Within Sight of God
1. Henrietta has been in and out of trouble her whole life, and it looks like things are likely to continue that way--until a judge assigns her a very unusual probation.
2. As Moses returns to camp, knowing that the Children of Israel will never believe what really happened on the mountain, he makes up the 10 Commandments, figuring that everyone will soon forget about them.
3. Five murders have been committed, all within sight of a church or synagogue. Detective Gray has no clues, but he does have incentive: his estranged wife will take him back if he solves the case.
4. When Pasang helps a stranded mountaineer with an evangelical bent, he brings religious strife into his peaceful village.
5. St. Egbert of Bagsdale, temping for St. Peter during the key-keeper's annual vacation in the Florida Keys, misdirects two souls and misplaces three more. He has seven days to find them and get them back to heaven, or he gets demoted from Sainted to Blessed.
6. Kui and Leanna dive into the ocean to hide their love-making. But someone is watching. Will the tidal wave be blamed on their indiscretion?
Two decades of homicide cases have eaten away at the soul of detective Michael Gray and infected the lives of those he loves. [His obsession with Law and Order has left him a broken, lonely man.] In the course of a day that starts with him kneeling in the snow next to a girl’s corpse and ends with his wife leaving him after suffering a miscarriage, Michael decides he’s finished.
Michael heads a task force investigating a series of ritualistic murders whose victims are mutilated and carefully posed. The latest corpse is the fifth in six weeks, and there are no suspects and few leads. But when Michael tries to quit, even suggesting his personal distractions are doing the investigation more harm than good, he meets resistance from multiple fronts. [For starters, the murderer insists he stay on the case.] His brother, an FBI agent trying to ride Michael’s coattails, fears the case may be turned over to the federal agency, thrusting him into a leadership role he isn’t ready for. [If he isn't ready, what makes him think they'll give him the job?] Michael’s boss expresses confidence and loyalty for past successes, but it’s just as likely he wants Michael to stay so he can be sacrificed later as a political pawn. And Michael’s estranged wife won’t take him back until the killer is caught because she knows he’d never really be free if the case remains unsolved. [Of course, there'll always be an unsolved case, whether it's this one or the next one.]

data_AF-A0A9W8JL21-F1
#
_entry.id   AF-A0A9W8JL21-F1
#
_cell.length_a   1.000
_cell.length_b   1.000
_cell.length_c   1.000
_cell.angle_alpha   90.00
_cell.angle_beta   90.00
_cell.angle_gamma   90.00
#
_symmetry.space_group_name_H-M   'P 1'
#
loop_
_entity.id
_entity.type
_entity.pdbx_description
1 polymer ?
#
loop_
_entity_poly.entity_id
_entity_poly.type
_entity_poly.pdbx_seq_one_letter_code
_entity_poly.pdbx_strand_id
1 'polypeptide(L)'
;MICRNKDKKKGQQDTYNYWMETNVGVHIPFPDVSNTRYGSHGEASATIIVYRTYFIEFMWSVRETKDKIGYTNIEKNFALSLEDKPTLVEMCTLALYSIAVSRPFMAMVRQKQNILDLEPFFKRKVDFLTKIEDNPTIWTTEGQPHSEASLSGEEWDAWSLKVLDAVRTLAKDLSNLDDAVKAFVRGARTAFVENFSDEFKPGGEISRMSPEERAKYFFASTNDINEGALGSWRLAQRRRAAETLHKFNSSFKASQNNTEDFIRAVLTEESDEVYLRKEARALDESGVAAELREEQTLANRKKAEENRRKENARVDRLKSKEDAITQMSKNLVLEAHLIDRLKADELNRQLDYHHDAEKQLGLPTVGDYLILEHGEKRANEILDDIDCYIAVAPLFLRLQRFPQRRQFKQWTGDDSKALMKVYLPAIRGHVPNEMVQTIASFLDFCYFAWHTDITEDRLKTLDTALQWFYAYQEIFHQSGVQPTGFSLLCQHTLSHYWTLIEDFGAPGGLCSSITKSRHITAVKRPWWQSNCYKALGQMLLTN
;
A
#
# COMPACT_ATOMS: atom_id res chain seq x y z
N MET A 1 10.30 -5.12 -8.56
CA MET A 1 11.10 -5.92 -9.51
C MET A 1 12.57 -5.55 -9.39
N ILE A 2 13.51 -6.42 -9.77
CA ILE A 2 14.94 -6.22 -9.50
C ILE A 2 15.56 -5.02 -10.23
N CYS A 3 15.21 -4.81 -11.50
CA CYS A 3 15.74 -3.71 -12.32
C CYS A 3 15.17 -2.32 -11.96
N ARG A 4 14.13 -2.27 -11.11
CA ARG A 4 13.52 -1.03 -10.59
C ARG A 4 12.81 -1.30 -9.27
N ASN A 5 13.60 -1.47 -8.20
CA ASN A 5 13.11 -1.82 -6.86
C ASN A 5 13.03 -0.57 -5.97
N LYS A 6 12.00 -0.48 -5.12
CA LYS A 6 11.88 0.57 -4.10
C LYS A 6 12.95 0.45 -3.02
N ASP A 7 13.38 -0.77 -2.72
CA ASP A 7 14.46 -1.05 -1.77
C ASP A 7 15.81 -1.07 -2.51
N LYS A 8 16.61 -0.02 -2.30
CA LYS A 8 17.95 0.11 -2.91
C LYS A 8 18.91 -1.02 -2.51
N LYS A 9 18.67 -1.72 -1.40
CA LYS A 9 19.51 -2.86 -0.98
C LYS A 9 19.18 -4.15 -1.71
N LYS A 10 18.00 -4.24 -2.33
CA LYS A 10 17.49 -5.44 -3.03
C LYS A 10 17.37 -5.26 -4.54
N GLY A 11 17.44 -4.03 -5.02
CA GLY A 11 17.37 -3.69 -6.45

Seeing no other way out, Michael even considers suicide. Then he meets Orin Indigo, a dying priest [whose name happens to be an anagram for "groin injury," and] who has stumbled on links between the victims in the rosters of his church-associated activities, and may even have found the pattern pointing to the next victim: Jennifer Hannon. [Okay, fess up, how many of you checked to see whether it really was an anagram for groin injury?] Michael recognizes the name from a missing person’s report. Indigo also points out that the apparently unrelated locations where the bodies were found – a school parking lot, a cemetery, an old woman’s back yard – are all within sight of a church or synagogue. [This priest is a better detective than the detective.] Within sight of God, in other words, their deaths a message to the Almighty.
With Indigo’s help, Michael finds Jennifer in the company of Gabriel Westlake, a man with a troubled though perhaps misunderstood past, whose peculiar hypersensitivity disorder has made him a social outcast and once even landed him in prison. Gabriel claims to have kidnapped Jennifer for her own protection, and when Indigo kills Gabriel and escapes with Jennifer, Michael is forced to realize that the priest had far too many answers to be innocent. [For a dying priest, this guy has a lot of energy. Six murders, mutilations, kidnaping--what's he dying of? And what about Thou shalt not kill, mutilate, kidnap, etc.?]
Michael’s confrontation with Indigo after a chase through a sewer tunnel helps him to understand both his capabilities and limitations. [He's capable of running down a dying priest, but the stench of the sewer knocks him unconscious.] Afterward, no longer a detective, Michael also finds that healing his soul begins with healing his family.